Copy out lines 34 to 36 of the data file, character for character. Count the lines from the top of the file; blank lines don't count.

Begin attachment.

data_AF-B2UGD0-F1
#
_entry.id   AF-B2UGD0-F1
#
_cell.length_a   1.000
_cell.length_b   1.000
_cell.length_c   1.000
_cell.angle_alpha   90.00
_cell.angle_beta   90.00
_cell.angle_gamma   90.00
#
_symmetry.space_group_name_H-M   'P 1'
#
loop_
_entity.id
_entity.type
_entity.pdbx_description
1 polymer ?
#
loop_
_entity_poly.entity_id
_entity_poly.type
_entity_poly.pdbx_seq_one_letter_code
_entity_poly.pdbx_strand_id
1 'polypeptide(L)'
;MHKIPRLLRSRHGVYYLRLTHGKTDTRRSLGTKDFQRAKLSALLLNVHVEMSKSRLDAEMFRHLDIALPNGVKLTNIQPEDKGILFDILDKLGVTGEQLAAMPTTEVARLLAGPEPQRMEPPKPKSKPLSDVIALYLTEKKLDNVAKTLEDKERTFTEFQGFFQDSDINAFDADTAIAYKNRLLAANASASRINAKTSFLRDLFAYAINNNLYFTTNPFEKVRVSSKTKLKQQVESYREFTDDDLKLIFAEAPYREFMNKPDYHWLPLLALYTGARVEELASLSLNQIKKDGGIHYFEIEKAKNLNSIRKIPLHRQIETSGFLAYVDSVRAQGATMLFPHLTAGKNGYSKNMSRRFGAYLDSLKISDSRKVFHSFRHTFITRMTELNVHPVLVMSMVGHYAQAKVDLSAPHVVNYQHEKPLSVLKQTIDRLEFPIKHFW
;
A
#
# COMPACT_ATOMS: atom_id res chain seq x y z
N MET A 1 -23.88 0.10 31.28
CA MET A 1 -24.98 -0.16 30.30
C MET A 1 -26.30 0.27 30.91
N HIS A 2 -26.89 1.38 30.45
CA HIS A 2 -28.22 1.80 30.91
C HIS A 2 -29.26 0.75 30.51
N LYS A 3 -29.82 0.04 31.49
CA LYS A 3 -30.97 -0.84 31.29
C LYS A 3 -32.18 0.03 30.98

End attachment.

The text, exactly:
N HIS A 2 -26.89 1.38 30.45
CA HIS A 2 -28.22 1.80 30.91
C HIS A 2 -29.26 0.75 30.51